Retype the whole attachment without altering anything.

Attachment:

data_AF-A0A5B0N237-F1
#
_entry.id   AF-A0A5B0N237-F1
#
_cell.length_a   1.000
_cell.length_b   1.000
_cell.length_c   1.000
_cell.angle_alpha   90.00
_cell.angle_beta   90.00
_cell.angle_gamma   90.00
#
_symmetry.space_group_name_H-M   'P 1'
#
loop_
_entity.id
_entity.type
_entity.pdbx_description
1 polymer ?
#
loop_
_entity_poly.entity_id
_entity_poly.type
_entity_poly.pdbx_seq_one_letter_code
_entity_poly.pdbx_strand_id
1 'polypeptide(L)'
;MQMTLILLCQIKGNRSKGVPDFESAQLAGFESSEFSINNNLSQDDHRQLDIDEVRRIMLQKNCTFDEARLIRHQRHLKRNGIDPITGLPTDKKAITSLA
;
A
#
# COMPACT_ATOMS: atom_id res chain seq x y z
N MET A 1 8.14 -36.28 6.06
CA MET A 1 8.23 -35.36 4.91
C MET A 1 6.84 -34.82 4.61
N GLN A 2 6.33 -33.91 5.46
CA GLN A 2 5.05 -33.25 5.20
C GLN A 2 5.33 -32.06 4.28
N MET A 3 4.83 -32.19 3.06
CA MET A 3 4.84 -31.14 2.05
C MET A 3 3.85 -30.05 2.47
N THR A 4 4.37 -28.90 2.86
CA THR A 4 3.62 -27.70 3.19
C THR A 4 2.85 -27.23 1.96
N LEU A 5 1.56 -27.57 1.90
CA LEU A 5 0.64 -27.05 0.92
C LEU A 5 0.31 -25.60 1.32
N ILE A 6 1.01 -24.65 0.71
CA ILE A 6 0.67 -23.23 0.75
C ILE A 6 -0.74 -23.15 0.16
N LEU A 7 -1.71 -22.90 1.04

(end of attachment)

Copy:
data_AF-A0A5B0N237-F1
#
_entry.id   AF-A0A5B0N237-F1
#
_cell.length_a   1.000
_cell.length_b   1.000
_cell.length_c   1.000
_cell.angle_alpha   90.00
_cell.angle_beta   90.00
_cell.angle_gamma   90.00
#
_symmetry.space_group_name_H-M   'P 1'
#
loop_
_entity.id
_entity.type
_entity.pdbx_description
1 polymer ?
#
loop_
_entity_poly.entity_id
_entity_poly.type
_entity_poly.pdbx_seq_one_letter_code
_entity_poly.pdbx_strand_id
1 'polypeptide(L)'
;MQMTLILLCQIKGNRSKGVPDFESAQLAGFESSEFSINNNLSQDDHRQLDIDEVRRIMLQKNCTFDEARLIRHQRHLKRNGIDPITGLPTDKKAITSLA
;
A
#
# COMPACT_ATOMS: atom_id res chain seq x y z
N MET A 1 8.14 -36.28 6.06
CA MET A 1 8.23 -35.36 4.91
C MET A 1 6.84 -34.82 4.61
N GLN A 2 6.33 -33.91 5.46
CA GLN A 2 5.05 -33.25 5.20
C GLN A 2 5.33 -32.06 4.28
N MET A 3 4.83 -32.19 3.06
CA MET A 3 4.84 -31.14 2.05
C MET A 3 3.85 -30.05 2.47
N THR A 4 4.37 -28.90 2.86
CA THR A 4 3.62 -27.70 3.19
C THR A 4 2.85 -27.23 1.96
N LEU A 5 1.56 -27.57 1.90
CA LEU A 5 0.64 -27.05 0.92
C LEU A 5 0.31 -25.60 1.32
N ILE A 6 1.01 -24.65 0.71
CA ILE A 6 0.67 -23.23 0.75
C ILE A 6 -0.74 -23.15 0.16
N LEU A 7 -1.71 -22.90 1.04